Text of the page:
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19 October 2015updated 01 Jul 2021 12:13pm

My Corbynite mother, Boris abuse, and talking horse sex with Jilly Cooper

In England, lit fests thrive, as Auberon Waugh once put it, because writers hate writing and readers hate reading.

By rachel johnson

My name is Rachel Johnson and I am a “lit fest” addict. It started with Write on Kew: I sneaked into a tent on the greensward where Mel Giedroyc, a presenter of The Great British Bake Off, interviewed me and Prof John Mullan about our favourite books (although I think she said “reads”, just as cakes must only be “bakes” on Bake Off). Nobody really paid attention to us, or bought our books. The draw was Mel. Not only does she host the most popular show on British TV (the final had a peak audience of 14.5 million) but she brought plates and plates of “bakes”, including sticky caramel brownies from the set of Celebrity GBBO, fully loaded with melted Curly Wurlies. Resistance was futile.

 

Grey American novelist

Then it was the Times and Sunday Times Cheltenham Literature Festival, via Henley Literary Festival (in case you think I really am addicted, I should point out that I was promoting a book). I was on the same train as Jonathan Franzen. He had gone a bit grey. At first, I thought it was the Great Western catering trolley but then I remembered his pasting in the Times the day before.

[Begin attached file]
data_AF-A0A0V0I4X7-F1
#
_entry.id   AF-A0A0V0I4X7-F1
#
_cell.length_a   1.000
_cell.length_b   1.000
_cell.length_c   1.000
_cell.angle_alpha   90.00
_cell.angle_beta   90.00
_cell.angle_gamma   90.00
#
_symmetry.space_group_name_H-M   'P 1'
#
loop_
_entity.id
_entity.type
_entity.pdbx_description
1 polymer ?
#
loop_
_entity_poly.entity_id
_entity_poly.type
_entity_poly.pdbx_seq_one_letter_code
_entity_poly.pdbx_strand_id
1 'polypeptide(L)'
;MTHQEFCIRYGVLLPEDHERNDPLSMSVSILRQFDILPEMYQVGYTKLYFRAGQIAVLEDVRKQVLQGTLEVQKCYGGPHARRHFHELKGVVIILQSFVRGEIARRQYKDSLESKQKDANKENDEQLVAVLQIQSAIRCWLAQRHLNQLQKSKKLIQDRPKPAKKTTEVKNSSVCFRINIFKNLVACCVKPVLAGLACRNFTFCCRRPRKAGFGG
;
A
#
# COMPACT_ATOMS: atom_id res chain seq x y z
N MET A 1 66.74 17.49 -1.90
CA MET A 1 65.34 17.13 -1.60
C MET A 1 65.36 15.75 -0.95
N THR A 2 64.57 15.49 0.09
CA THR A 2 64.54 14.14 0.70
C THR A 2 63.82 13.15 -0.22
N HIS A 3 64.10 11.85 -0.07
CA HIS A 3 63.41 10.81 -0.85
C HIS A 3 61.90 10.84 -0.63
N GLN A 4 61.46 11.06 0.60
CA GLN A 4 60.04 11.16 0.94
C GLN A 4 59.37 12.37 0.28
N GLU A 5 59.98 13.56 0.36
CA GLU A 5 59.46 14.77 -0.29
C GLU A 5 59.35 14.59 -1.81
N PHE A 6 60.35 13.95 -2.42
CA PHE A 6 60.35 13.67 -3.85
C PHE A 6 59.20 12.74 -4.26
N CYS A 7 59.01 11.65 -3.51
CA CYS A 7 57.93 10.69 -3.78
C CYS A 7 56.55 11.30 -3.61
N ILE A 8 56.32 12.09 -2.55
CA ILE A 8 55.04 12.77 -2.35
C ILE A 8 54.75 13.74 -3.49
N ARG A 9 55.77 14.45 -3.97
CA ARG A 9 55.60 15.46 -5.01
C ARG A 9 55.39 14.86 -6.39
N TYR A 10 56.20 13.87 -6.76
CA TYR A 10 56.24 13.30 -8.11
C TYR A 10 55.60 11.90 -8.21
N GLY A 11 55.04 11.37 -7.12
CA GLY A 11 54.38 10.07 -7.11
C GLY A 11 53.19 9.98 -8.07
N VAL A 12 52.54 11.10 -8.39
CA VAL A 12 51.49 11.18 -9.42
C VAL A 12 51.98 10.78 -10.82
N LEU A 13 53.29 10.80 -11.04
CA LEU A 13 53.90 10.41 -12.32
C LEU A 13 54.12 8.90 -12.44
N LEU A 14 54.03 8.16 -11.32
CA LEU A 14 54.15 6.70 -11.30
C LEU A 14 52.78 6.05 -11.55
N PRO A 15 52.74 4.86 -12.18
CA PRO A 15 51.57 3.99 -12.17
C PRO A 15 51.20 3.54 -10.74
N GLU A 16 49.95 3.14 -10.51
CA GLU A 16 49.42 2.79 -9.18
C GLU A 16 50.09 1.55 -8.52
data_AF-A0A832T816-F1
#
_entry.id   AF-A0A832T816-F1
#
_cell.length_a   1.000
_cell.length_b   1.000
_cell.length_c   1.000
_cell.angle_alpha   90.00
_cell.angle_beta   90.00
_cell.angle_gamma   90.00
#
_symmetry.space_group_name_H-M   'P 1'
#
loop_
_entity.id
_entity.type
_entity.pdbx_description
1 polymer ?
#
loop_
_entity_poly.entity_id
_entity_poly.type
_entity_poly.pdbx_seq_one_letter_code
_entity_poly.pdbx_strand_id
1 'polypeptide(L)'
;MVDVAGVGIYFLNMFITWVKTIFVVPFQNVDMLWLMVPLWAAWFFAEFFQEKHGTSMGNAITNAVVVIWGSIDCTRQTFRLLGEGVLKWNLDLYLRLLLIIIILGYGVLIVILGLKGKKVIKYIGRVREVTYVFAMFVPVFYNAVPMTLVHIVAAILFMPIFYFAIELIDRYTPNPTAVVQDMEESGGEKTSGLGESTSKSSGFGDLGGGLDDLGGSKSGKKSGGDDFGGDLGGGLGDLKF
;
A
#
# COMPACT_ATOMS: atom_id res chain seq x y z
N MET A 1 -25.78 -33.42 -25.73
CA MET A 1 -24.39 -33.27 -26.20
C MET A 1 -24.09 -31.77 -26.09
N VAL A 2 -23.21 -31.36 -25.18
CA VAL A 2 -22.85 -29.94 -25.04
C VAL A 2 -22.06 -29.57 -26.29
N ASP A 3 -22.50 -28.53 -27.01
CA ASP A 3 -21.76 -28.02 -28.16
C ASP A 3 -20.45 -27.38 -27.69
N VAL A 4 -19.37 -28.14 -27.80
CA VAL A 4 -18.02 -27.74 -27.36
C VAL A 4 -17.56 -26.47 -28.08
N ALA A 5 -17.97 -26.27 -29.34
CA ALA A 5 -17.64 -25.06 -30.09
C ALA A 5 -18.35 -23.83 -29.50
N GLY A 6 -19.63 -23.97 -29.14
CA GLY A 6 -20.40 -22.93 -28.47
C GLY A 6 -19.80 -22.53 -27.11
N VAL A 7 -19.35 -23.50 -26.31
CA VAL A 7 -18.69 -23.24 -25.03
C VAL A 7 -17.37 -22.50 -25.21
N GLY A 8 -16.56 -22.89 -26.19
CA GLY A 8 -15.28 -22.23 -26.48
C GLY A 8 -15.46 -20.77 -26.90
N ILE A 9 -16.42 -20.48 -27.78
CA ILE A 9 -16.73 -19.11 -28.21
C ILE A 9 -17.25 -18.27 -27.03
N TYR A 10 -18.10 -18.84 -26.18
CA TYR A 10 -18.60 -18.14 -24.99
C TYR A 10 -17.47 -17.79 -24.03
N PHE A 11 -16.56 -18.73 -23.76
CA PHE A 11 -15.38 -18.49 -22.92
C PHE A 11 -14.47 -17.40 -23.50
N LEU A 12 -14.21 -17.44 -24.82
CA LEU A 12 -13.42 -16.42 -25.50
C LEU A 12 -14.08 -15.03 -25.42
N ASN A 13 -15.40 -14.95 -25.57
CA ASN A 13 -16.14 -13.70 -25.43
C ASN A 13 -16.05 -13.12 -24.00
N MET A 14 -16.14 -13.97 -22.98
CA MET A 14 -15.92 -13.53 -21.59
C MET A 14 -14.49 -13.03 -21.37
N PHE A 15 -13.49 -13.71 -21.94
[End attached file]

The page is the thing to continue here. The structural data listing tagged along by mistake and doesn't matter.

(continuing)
Jenni Russell went “ad librum” in a column, calling his latest Great American Novel, Purity, overhyped by publishers and bad. You can see why Franzen might have been a bit browned off by this inside hit job. His UK publisher is HarperCollins (owned, like the Times, by Rupert Murdoch). He had come from New York partly to do the festival sponsored by the paper that took him down. I felt sorry for him but I think that the Times should be commended for its independence, not faulted for its careless lack of corporate tact. Russell was inevitably at CheltLitFest as well as Franzen (and everyone else from Jilly Cooper and Charles Moore to Don McCullin). To have been a fly on the wall in the green room when their paths crossed . . .

 

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Love on the hoof

Jilly Cooper – whom I interviewed – was smuttier and funnier than anyone else in Cheltenham, at the age of 78. Our conversation ranged from political correctness and lesbianism to the love of dogs and attractive politicians (she confessed to a surprising tendresse for John Prescott) but my two favourite bits were when she cried with laughter as we read out our winning scenes for our Bad Sex in Fiction awards and her detailed descriptions of research for her new book, Leading Sire. The novel is all about the wild world of stud horses. So there are lashings of horse sex. It was touching when Jilly described in detail the shy stallions that could only rise to the occasion in the paddock when certain faithful mares were waiting patiently back in the stable or when trusted vets were present. We all know men like that and have at times even loved them.

 

Mum’s the word